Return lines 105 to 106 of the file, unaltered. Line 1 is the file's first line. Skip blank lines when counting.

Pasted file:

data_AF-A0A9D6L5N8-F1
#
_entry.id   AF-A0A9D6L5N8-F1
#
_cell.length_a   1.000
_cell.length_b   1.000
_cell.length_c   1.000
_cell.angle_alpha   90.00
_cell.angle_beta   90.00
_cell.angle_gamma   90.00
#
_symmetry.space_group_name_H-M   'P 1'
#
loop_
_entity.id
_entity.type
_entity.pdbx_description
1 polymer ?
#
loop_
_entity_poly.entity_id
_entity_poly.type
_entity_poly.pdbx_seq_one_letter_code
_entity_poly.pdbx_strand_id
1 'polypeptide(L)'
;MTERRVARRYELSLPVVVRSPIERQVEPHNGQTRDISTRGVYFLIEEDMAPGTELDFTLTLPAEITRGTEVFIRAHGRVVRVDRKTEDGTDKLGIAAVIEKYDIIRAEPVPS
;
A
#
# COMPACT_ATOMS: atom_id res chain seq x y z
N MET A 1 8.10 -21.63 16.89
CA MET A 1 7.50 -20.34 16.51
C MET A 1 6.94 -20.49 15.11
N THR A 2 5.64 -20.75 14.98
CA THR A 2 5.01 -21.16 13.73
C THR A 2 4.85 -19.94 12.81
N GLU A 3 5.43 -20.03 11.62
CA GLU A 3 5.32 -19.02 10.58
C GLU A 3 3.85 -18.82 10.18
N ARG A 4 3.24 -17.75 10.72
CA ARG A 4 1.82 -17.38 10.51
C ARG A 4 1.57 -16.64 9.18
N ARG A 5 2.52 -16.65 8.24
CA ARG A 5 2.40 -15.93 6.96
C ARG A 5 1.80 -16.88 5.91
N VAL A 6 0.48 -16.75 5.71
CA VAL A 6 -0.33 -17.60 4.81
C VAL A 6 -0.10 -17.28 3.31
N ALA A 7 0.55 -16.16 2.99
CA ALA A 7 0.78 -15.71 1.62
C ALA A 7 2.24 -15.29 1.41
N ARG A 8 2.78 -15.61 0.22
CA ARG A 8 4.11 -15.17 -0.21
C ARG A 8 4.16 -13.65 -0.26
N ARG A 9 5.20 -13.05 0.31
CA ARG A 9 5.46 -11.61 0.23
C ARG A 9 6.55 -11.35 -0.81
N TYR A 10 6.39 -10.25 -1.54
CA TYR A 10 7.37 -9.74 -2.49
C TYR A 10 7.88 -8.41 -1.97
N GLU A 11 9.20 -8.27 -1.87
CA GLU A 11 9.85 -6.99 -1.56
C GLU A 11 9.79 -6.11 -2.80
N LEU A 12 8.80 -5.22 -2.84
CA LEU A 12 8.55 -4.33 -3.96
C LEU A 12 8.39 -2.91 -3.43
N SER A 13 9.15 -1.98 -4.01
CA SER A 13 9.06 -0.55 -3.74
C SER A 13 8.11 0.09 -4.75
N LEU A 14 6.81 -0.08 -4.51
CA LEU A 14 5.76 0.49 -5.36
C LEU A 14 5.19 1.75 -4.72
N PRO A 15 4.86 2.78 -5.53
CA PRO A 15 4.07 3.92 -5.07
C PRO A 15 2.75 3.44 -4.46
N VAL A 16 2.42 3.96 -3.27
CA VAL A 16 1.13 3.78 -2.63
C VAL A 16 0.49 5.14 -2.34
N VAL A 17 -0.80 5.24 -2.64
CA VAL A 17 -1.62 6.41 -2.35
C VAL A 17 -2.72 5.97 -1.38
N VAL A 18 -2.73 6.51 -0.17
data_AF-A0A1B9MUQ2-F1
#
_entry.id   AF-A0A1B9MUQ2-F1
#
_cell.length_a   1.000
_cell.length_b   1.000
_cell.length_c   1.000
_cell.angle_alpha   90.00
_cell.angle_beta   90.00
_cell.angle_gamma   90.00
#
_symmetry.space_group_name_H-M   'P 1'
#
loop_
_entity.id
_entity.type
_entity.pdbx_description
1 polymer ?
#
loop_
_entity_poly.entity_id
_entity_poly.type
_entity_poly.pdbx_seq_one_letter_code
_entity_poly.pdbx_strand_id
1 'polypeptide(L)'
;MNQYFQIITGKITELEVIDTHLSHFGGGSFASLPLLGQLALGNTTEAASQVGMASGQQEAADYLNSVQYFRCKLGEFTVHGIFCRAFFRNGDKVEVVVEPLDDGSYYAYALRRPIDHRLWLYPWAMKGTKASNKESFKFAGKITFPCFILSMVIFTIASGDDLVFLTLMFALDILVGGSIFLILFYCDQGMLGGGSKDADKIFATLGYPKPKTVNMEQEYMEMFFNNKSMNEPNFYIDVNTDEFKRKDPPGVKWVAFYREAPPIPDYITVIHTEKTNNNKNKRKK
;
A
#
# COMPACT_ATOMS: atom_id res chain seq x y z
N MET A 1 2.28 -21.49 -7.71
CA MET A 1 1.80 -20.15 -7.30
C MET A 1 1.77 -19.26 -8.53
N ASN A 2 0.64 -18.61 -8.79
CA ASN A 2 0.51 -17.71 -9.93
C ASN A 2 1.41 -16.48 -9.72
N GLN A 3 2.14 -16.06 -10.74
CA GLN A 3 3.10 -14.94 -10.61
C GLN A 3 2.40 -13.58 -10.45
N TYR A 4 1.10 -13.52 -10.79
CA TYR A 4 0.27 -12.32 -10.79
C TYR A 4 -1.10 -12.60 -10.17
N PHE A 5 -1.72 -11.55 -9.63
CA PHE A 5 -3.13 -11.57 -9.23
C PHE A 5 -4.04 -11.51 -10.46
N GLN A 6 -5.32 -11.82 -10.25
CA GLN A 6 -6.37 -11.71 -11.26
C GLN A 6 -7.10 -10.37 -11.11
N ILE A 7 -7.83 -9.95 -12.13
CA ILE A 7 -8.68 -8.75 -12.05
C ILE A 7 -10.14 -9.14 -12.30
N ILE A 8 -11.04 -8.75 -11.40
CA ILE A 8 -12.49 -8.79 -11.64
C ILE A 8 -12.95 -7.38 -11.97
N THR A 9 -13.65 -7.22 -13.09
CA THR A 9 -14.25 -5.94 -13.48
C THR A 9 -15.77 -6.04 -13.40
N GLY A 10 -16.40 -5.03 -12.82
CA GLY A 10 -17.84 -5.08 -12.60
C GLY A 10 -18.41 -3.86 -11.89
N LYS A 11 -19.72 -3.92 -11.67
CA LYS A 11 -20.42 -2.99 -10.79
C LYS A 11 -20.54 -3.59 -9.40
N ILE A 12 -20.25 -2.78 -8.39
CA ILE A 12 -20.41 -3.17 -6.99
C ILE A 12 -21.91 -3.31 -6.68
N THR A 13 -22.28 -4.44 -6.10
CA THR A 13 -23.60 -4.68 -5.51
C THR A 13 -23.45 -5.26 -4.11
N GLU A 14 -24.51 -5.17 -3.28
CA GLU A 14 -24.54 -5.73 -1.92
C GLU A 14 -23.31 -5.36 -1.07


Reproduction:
_entity_poly.pdbx_seq_one_letter_code
_entity_poly.pdbx_strand_id